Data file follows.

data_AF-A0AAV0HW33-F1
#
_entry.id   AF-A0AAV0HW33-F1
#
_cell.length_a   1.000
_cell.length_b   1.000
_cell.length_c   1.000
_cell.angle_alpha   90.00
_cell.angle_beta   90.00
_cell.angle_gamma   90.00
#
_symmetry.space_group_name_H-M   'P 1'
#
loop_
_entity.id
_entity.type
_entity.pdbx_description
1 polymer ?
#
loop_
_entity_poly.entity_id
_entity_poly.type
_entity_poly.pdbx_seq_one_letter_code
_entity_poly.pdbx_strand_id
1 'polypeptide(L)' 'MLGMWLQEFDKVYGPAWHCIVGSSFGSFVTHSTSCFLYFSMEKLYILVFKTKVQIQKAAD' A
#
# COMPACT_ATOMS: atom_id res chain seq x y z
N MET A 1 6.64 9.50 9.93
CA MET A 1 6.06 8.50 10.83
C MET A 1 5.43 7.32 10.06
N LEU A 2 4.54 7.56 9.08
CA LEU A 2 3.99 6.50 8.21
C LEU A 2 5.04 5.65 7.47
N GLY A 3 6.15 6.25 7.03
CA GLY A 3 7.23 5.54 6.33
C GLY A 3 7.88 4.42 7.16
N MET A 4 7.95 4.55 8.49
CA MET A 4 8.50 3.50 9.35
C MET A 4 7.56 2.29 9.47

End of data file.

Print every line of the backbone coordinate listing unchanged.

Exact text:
data_AF-A0AAV0HW33-F1
#
_entry.id   AF-A0AAV0HW33-F1
#
_cell.length_a   1.000
_cell.length_b   1.000
_cell.length_c   1.000
_cell.angle_alpha   90.00
_cell.angle_beta   90.00
_cell.angle_gamma   90.00
#
_symmetry.space_group_name_H-M   'P 1'
#
loop_
_entity.id
_entity.type
_entity.pdbx_description
1 polymer ?
#
loop_
_entity_poly.entity_id
_entity_poly.type
_entity_poly.pdbx_seq_one_letter_code
_entity_poly.pdbx_strand_id
1 'polypeptide(L)' 'MLGMWLQEFDKVYGPAWHCIVGSSFGSFVTHSTSCFLYFSMEKLYILVFKTKVQIQKAAD' A
#
# COMPACT_ATOMS: atom_id res chain seq x y z
N MET A 1 6.64 9.50 9.93
CA MET A 1 6.06 8.50 10.83
C MET A 1 5.43 7.32 10.06
N LEU A 2 4.54 7.56 9.08
CA LEU A 2 3.99 6.50 8.21
C LEU A 2 5.04 5.65 7.47
N GLY A 3 6.15 6.25 7.03
CA GLY A 3 7.23 5.54 6.33
C GLY A 3 7.88 4.42 7.16
N MET A 4 7.95 4.55 8.49
CA MET A 4 8.50 3.50 9.35
C MET A 4 7.56 2.29 9.47